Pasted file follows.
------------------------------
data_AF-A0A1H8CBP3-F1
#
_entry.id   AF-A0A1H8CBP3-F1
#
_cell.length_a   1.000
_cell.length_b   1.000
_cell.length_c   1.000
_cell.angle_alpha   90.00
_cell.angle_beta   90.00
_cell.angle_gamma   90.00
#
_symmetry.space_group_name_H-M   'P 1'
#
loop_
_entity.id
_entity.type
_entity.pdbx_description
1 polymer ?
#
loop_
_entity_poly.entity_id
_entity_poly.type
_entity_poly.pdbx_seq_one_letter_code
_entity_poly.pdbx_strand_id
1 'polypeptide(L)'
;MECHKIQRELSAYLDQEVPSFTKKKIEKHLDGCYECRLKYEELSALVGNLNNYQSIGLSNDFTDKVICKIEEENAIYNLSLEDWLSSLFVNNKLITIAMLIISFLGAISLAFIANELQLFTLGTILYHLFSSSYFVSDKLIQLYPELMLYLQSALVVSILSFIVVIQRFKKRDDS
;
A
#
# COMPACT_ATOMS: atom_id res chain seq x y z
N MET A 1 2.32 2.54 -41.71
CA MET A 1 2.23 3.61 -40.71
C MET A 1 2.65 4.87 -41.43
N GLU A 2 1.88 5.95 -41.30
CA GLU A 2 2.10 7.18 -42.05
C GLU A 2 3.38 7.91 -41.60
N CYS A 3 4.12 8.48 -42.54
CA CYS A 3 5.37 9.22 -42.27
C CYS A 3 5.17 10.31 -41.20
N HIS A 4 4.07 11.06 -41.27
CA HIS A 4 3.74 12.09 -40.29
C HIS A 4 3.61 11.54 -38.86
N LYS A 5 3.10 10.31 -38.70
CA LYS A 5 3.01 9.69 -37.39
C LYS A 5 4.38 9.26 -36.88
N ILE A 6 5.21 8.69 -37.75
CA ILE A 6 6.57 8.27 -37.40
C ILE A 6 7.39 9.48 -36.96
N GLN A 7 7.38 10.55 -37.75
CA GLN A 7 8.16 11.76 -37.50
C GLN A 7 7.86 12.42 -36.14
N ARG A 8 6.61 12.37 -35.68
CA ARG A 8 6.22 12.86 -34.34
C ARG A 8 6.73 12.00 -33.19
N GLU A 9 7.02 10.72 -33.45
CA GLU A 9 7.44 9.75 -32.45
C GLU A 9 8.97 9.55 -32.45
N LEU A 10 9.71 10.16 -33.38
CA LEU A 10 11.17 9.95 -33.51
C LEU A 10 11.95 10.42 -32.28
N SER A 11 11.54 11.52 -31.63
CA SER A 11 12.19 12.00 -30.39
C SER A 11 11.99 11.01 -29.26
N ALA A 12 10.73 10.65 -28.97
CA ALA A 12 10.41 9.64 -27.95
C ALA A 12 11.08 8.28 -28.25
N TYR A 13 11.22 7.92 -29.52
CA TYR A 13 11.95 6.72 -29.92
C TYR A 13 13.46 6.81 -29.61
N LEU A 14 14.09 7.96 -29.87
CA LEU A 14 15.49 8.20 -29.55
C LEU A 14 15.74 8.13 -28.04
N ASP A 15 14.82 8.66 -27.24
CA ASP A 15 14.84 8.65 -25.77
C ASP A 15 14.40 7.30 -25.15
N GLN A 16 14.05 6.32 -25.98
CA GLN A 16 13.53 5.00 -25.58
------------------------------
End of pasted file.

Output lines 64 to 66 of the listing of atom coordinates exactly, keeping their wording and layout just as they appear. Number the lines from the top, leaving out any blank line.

N ALA A 12 10.73 10.65 -28.97
CA ALA A 12 10.41 9.64 -27.95
C ALA A 12 11.08 8.28 -28.25